Dismiss Notice
Join Physics Forums Today!
The friendliest, high quality science and math community on the planet! Everyone who loves science is here!

Carbon-14, questions on how it is created

  1. Aug 13, 2003 #1
    This didn't work in 'How stuff works' so I'll try it here.

    Some time back a friend (PhD Nuclear Engineer), told me that the energies a neutron needed to form C14 from nitrogen were (and this is where my memory gets real fuzzy) around 15 MEV. Furthermore that neither nuclear explosions or the Sun produced neutrons of this energy. The implications were they were formed in supernovas and survived due to relativistic time dialation.

    This just seems to tickle my BS meter, but having no knowledge of nuclear physics, to speak of, I'd rather hear some confirmation of this before I go accepting it as likely or dismissing it.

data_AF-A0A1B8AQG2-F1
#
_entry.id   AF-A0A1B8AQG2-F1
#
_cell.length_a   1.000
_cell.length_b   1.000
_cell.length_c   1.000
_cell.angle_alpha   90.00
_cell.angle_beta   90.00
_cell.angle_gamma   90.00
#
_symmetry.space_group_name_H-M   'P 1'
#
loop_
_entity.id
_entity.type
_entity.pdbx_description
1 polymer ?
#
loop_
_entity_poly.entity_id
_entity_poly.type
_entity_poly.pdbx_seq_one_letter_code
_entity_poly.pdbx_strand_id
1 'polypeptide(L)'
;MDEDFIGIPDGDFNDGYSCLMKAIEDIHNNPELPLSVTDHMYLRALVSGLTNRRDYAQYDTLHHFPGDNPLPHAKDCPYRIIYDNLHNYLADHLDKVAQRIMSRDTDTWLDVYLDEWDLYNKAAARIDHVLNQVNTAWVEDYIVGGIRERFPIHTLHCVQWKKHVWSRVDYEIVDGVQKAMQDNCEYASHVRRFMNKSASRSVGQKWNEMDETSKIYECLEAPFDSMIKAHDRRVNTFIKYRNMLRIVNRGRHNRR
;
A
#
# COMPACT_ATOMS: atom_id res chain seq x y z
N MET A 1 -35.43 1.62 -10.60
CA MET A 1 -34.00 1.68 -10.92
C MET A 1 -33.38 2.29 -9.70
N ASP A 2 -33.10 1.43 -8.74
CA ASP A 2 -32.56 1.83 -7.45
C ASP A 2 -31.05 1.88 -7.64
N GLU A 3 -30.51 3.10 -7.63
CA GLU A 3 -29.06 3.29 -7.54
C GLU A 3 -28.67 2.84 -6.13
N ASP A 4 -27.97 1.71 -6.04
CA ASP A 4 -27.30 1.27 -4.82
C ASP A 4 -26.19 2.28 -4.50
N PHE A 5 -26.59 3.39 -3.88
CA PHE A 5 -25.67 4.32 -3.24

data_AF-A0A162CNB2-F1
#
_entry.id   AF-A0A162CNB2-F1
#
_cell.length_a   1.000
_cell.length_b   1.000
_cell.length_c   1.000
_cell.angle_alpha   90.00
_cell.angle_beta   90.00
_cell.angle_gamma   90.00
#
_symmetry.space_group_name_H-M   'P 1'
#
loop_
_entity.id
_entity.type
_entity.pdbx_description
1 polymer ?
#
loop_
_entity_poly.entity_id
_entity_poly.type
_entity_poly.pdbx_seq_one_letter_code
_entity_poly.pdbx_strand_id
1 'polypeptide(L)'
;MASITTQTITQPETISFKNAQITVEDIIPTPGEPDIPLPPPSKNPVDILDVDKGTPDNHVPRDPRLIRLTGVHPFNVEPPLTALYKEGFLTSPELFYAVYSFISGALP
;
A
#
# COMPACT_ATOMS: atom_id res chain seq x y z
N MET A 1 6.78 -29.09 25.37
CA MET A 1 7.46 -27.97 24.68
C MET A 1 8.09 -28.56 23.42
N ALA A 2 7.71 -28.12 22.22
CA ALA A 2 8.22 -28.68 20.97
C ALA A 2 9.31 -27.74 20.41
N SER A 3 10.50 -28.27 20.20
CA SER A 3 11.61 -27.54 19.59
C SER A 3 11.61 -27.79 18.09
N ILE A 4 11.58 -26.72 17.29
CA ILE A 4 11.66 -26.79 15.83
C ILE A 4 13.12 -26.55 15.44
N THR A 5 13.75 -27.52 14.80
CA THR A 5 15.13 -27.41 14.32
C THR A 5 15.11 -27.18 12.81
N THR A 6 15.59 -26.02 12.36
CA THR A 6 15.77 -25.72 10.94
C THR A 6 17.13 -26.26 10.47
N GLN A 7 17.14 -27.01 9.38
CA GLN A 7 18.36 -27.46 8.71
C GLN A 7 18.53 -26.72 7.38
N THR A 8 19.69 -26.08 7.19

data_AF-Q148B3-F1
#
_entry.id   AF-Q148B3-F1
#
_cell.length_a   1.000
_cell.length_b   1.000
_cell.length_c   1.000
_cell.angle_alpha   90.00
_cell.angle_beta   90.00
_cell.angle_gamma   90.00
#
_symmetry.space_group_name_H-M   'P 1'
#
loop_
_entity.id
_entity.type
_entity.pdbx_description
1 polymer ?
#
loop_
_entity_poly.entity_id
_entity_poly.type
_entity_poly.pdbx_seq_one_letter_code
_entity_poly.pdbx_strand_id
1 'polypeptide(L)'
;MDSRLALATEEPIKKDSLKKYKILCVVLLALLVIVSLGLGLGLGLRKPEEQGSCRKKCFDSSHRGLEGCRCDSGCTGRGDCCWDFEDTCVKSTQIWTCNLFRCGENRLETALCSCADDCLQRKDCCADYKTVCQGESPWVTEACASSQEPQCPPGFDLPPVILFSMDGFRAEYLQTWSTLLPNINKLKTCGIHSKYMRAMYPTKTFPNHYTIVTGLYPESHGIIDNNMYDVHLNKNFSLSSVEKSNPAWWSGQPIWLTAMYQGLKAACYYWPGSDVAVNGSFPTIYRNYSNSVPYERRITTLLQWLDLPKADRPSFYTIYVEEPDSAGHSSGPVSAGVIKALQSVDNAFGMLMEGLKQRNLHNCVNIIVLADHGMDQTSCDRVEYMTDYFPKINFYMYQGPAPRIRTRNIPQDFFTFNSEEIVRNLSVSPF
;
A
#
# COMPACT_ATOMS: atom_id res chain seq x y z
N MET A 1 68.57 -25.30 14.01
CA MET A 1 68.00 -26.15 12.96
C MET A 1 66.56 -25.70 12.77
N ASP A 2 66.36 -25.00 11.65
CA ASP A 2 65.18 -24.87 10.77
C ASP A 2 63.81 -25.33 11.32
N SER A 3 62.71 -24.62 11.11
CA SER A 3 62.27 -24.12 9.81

2. jcsd
  3. Aug 13, 2003 #2
    I think your BS meter may be working well. Carbon 14 dating works because a small fraction of the carbon dioxide we breathe is C14.

    I believe the bulk of the C14 in the earth's atmosphere is formed by cosmic rays hitting Nitrogen molecules in the earth's atmosphere. When the Nitrogen atom decays it becomes carbon 14.

    I don't have the chart of the nuclides with me to fill in the details but this is what I remember. If C14 weren't continuously created then the supply would be continuously decreasing and that would make carbon dating very difficult.
  4. Aug 13, 2003 #3


    User Avatar
    Science Advisor
    Gold Member

    15 MeV is tiny amount compared to some of the enegies of galatic cosmic rays.
Share this great discussion with others via Reddit, Google+, Twitter, or Facebook